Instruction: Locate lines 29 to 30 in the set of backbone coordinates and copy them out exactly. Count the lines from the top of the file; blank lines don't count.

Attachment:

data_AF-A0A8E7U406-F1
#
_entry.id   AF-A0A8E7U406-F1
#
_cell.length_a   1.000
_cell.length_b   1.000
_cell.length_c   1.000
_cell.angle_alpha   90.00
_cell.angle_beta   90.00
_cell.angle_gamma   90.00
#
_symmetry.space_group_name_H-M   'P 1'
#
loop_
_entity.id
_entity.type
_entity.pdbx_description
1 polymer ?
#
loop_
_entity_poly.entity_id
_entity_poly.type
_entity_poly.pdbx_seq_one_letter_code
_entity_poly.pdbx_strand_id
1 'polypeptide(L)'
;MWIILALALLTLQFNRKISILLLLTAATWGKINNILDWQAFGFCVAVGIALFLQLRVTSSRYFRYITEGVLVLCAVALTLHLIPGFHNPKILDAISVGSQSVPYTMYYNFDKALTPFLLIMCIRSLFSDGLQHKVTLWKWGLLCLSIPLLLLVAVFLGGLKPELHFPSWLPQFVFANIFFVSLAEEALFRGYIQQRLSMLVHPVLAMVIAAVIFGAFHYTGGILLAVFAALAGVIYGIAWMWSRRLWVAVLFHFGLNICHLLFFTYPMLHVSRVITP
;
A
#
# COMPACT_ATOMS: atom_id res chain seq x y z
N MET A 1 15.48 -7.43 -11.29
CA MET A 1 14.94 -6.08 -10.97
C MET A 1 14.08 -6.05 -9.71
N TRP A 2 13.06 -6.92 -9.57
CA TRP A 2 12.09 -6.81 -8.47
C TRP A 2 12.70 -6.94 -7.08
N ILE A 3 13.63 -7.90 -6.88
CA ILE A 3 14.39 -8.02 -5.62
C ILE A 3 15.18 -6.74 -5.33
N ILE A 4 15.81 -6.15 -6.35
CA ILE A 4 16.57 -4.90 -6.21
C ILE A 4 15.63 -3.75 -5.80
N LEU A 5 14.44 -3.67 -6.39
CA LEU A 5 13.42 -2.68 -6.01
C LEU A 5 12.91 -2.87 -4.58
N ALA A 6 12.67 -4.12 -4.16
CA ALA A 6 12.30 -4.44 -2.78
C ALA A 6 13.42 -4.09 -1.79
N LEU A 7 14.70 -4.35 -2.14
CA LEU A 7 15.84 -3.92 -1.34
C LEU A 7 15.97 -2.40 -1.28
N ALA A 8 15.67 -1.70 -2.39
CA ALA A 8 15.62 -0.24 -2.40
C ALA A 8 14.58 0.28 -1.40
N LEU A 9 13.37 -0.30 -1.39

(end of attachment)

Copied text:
#
# COMPACT_ATOMS: atom_id res chain seq x y z